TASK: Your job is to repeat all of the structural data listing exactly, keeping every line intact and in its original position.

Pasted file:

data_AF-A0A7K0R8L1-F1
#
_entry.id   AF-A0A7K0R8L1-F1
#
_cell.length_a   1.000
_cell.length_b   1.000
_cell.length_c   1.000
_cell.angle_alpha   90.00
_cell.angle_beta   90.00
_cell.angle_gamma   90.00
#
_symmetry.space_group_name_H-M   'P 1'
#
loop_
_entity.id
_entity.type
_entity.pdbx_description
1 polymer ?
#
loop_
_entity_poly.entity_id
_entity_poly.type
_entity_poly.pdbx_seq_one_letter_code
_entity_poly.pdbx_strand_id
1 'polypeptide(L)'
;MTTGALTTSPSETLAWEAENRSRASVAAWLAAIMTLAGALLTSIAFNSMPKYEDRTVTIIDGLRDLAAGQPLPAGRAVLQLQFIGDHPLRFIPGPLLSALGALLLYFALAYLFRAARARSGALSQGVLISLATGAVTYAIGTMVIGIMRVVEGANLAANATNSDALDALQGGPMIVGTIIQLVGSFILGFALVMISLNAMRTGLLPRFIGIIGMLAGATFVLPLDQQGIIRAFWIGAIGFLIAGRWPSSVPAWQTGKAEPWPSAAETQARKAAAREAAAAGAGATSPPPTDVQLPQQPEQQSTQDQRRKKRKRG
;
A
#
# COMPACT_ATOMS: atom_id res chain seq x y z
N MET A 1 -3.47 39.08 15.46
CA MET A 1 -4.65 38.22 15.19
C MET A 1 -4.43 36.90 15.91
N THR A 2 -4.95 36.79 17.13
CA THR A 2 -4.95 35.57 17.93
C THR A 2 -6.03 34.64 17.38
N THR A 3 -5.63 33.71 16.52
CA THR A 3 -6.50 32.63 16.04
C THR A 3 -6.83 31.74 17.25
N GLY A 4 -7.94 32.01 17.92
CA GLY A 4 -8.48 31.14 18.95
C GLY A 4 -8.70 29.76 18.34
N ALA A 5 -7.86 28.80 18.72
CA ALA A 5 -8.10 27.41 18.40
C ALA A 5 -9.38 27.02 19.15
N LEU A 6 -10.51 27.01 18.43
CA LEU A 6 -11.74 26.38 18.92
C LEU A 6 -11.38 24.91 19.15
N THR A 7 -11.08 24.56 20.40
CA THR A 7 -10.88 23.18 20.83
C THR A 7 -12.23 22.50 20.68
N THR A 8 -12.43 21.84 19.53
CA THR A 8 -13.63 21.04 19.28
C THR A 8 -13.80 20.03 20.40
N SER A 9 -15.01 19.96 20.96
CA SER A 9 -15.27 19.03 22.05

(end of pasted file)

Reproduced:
data_AF-A0A7K0R8L1-F1
#
_entry.id   AF-A0A7K0R8L1-F1
#
_cell.length_a   1.000
_cell.length_b   1.000
_cell.length_c   1.000
_cell.angle_alpha   90.00
_cell.angle_beta   90.00
_cell.angle_gamma   90.00
#
_symmetry.space_group_name_H-M   'P 1'
#
loop_
_entity.id
_entity.type
_entity.pdbx_description
1 polymer ?
#
loop_
_entity_poly.entity_id
_entity_poly.type
_entity_poly.pdbx_seq_one_letter_code
_entity_poly.pdbx_strand_id
1 'polypeptide(L)'
;MTTGALTTSPSETLAWEAENRSRASVAAWLAAIMTLAGALLTSIAFNSMPKYEDRTVTIIDGLRDLAAGQPLPAGRAVLQLQFIGDHPLRFIPGPLLSALGALLLYFALAYLFRAARARSGALSQGVLISLATGAVTYAIGTMVIGIMRVVEGANLAANATNSDALDALQGGPMIVGTIIQLVGSFILGFALVMISLNAMRTGLLPRFIGIIGMLAGATFVLPLDQQGIIRAFWIGAIGFLIAGRWPSSVPAWQTGKAEPWPSAAETQARKAAAREAAAAGAGATSPPPTDVQLPQQPEQQSTQDQRRKKRKRG
;
A
#
# COMPACT_ATOMS: atom_id res chain seq x y z
N MET A 1 -3.47 39.08 15.46
CA MET A 1 -4.65 38.22 15.19
C MET A 1 -4.43 36.90 15.91
N THR A 2 -4.95 36.79 17.13
CA THR A 2 -4.95 35.57 17.93
C THR A 2 -6.03 34.64 17.38
N THR A 3 -5.63 33.71 16.52
CA THR A 3 -6.50 32.63 16.04
C THR A 3 -6.83 31.74 17.25
N GLY A 4 -7.94 32.01 17.92
CA GLY A 4 -8.48 31.14 18.95
C GLY A 4 -8.70 29.76 18.34
N ALA A 5 -7.86 28.80 18.72
CA ALA A 5 -8.10 27.41 18.40
C ALA A 5 -9.38 27.02 19.15
N LEU A 6 -10.51 27.01 18.43
CA LEU A 6 -11.74 26.38 18.92
C LEU A 6 -11.38 24.91 19.15
N THR A 7 -11.08 24.56 20.40
CA THR A 7 -10.88 23.18 20.83
C THR A 7 -12.23 22.50 20.68
N THR A 8 -12.43 21.84 19.53
CA THR A 8 -13.63 21.04 19.28
C THR A 8 -13.80 20.03 20.40
N SER A 9 -15.01 19.96 20.96
CA SER A 9 -15.27 19.03 22.05